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The One Thing You Didn’t Notice About Frank Ocean’s Album Announcement

What’s the deal with that frog poster in the background?

April 07, 2015

Last night, Frank Ocean announced he'll release his third album, as well as the first issue of a new magazine, in July. He revealed this news with a photo on Tumblr, featuring two stacks of magazines, himself, and a framed poster of a frog. In 2015, things rarely appear in shared photos by mistake. So what might the frog mean?

The poster in Ocean's photo was originally for a gigantic 2011 group show at New York's Maccarone Gallery, titled After Shelley Duvall '72 (Frogs on the High Line). The show was curated by Bjarne Melgaarde, a New York-based artist interested in wild installations and "amoral painting," who was born in Australia and raised in Norway. The frog poster was produced by Melgaarde in collaboration with a couple other guys—art director Eric Wrenn and Brendan Dugan, who founded Karma, a New York gallery/publisher/book shop.

Over the course of a successful career, Melgaarde has done a lot of everything. Previously, he directed music videos and collaborated with fashion designers Eckhaus Latta. "In the art realm, Bjarne Melgaard is a projectile vomiter, and like Linda Blair in The Exorcist, he seems possessed by a demonic force," wrote one critic in the New York Times last year.

The show's name was taken from actress Shelley Duvall's character in The Shining, who, according to Melgaarde, was "so fucking annoying, so terrorizing in her silence that she is the real moment of horror in that film." Its installation caused a stir in the gallery's neighborhood—someone nearby called the police after paintings by a group called Big Fat Black Cock were placed in the gallery's windows. "I think that's incredible," Mr. Melgaard told the Observer at the time. "I think those things are incredibly beautiful, and they're made by African Americans. It's kind of like—whoa, there are black people in America who do not feel inferior to white people."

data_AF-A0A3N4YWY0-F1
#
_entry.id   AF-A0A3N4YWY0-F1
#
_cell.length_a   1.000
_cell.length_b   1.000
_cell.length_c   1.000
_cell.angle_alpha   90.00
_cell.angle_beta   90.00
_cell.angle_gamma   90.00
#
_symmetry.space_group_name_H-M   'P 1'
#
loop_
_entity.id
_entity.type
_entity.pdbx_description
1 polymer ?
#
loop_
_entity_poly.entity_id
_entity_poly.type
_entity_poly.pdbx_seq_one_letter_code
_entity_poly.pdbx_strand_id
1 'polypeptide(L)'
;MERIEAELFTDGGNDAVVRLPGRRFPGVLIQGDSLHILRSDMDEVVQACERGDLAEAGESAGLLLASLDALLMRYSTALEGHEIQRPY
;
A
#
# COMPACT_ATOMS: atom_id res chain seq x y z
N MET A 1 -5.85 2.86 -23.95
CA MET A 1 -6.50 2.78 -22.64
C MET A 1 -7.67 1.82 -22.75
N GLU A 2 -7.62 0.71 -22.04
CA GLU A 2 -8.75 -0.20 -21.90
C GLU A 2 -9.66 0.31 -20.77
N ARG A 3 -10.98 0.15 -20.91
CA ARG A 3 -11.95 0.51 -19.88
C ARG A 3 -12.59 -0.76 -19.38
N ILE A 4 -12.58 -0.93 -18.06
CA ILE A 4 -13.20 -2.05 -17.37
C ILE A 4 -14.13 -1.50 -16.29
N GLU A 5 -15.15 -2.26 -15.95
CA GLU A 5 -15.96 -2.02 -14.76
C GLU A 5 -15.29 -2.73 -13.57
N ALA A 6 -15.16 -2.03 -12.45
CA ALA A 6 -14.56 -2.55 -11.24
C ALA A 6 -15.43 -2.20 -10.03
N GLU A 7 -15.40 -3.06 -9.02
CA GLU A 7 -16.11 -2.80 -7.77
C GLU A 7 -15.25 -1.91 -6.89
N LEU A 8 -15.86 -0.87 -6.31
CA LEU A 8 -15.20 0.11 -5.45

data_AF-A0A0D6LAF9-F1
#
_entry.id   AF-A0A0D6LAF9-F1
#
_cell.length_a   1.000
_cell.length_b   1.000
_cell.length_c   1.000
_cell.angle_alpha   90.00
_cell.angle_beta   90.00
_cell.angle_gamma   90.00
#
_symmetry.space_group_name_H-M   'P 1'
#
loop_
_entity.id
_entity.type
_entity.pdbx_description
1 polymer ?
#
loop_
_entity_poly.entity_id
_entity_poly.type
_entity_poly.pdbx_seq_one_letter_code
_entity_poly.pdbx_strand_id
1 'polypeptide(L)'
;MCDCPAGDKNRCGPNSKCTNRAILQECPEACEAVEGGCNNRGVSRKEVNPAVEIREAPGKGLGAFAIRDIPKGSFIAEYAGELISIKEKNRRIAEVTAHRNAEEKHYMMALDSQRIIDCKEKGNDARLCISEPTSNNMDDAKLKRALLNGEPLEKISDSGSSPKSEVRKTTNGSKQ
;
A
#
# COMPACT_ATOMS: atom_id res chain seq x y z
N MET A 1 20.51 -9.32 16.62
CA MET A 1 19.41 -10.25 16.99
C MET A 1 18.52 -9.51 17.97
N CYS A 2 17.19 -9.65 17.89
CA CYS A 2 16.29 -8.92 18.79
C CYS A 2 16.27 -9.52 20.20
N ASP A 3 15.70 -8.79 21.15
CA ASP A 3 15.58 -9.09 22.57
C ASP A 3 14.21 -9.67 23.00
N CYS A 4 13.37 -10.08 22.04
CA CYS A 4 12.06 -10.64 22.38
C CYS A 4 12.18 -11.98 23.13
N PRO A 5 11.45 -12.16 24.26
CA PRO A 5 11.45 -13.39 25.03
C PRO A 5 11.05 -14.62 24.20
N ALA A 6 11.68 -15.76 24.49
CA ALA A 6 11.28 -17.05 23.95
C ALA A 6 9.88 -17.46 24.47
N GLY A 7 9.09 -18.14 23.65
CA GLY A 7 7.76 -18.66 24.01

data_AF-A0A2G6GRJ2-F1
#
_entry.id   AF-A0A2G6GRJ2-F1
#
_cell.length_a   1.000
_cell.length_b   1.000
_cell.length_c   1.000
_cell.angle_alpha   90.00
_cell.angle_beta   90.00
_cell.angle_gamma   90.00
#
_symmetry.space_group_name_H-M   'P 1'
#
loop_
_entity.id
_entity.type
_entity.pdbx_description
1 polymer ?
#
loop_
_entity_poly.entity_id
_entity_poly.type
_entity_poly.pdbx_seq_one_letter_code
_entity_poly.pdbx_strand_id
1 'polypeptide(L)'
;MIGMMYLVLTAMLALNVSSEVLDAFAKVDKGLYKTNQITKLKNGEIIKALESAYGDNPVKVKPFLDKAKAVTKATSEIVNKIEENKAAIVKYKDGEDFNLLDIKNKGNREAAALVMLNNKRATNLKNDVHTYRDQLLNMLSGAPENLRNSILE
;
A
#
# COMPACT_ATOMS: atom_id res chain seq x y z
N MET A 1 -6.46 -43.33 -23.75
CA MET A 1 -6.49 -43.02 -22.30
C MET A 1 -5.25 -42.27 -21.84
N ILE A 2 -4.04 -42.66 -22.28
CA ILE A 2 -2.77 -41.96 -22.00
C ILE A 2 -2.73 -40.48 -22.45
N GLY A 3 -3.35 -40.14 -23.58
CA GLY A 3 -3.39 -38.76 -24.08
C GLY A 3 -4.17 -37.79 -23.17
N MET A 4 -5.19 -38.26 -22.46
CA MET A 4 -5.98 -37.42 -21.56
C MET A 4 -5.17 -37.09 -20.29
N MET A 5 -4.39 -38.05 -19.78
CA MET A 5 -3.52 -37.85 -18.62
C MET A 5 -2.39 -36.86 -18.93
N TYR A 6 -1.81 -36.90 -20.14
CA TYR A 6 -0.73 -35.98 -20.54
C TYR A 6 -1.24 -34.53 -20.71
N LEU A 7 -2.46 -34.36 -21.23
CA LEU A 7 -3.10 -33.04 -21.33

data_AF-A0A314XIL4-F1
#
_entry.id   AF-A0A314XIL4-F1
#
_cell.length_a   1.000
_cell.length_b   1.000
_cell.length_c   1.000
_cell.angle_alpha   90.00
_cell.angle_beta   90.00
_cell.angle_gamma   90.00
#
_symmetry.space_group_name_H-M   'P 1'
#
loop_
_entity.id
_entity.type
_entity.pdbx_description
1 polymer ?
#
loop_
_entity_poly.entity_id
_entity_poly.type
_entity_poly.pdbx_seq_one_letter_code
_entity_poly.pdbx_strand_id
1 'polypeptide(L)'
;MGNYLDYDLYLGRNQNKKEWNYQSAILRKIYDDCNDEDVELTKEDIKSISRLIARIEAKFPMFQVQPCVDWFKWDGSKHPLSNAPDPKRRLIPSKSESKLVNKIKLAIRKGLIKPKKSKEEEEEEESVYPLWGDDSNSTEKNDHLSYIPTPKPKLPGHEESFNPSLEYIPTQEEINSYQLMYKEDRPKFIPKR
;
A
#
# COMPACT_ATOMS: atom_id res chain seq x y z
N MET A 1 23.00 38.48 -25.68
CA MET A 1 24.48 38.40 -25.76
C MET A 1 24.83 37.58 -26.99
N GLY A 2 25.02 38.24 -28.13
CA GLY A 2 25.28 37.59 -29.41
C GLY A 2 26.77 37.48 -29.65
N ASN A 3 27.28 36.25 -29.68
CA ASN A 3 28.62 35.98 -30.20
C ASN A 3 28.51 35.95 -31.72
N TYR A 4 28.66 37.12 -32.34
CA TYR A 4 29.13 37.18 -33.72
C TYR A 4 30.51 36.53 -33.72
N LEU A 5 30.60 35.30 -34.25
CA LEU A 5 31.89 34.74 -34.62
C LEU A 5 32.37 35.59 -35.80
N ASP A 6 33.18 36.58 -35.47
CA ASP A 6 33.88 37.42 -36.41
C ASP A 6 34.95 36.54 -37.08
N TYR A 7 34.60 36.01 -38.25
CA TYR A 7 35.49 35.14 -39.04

During the show's run, the New Yorker called After Shelley Duvall a "hot mess," but commended Melgaarde for posing "important questions about free speech, gay rights, race, and the agency of the artist." I commend Frank Ocean for putting the internet at large on to any of this and would put that poster up on my wall. Looking forward to this magazine!

The One Thing You Didn’t Notice About Frank Ocean’s Album Announcement